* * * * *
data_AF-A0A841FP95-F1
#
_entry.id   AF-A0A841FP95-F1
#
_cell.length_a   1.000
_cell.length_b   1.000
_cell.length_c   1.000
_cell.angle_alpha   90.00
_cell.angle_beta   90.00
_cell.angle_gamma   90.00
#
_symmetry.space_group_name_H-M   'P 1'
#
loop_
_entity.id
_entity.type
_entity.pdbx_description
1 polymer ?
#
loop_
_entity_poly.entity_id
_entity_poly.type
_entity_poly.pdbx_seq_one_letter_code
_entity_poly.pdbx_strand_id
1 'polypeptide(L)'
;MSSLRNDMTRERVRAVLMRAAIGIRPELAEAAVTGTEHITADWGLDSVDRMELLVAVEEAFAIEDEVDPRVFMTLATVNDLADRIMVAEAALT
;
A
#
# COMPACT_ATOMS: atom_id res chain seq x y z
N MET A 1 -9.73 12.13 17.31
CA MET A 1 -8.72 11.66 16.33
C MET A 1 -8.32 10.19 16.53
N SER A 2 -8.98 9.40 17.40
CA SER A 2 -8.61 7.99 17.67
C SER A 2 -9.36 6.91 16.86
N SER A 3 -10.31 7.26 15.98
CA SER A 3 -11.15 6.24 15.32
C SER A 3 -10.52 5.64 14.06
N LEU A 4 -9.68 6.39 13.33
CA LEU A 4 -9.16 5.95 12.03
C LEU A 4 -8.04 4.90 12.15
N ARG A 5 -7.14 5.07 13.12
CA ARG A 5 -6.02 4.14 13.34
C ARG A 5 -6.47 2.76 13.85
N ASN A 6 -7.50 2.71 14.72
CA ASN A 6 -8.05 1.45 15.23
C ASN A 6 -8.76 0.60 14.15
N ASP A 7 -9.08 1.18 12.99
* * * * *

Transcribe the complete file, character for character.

data_AF-A0A841FP95-F1
#
_entry.id   AF-A0A841FP95-F1
#
_cell.length_a   1.000
_cell.length_b   1.000
_cell.length_c   1.000
_cell.angle_alpha   90.00
_cell.angle_beta   90.00
_cell.angle_gamma   90.00
#
_symmetry.space_group_name_H-M   'P 1'
#
loop_
_entity.id
_entity.type
_entity.pdbx_description
1 polymer ?
#
loop_
_entity_poly.entity_id
_entity_poly.type
_entity_poly.pdbx_seq_one_letter_code
_entity_poly.pdbx_strand_id
1 'polypeptide(L)'
;MSSLRNDMTRERVRAVLMRAAIGIRPELAEAAVTGTEHITADWGLDSVDRMELLVAVEEAFAIEDEVDPRVFMTLATVNDLADRIMVAEAALT
;
A
#
# COMPACT_ATOMS: atom_id res chain seq x y z
N MET A 1 -9.73 12.13 17.31
CA MET A 1 -8.72 11.66 16.33
C MET A 1 -8.32 10.19 16.53
N SER A 2 -8.98 9.40 17.40
CA SER A 2 -8.61 7.99 17.67
C SER A 2 -9.36 6.91 16.86
N SER A 3 -10.31 7.26 15.98
CA SER A 3 -11.15 6.24 15.32
C SER A 3 -10.52 5.64 14.06
N LEU A 4 -9.68 6.39 13.33
CA LEU A 4 -9.16 5.95 12.03
C LEU A 4 -8.04 4.90 12.15
N ARG A 5 -7.14 5.07 13.12
CA ARG A 5 -6.02 4.14 13.34
C ARG A 5 -6.47 2.76 13.85
N ASN A 6 -7.50 2.71 14.72
CA ASN A 6 -8.05 1.45 15.23
C ASN A 6 -8.76 0.60 14.15
N ASP A 7 -9.08 1.18 12.99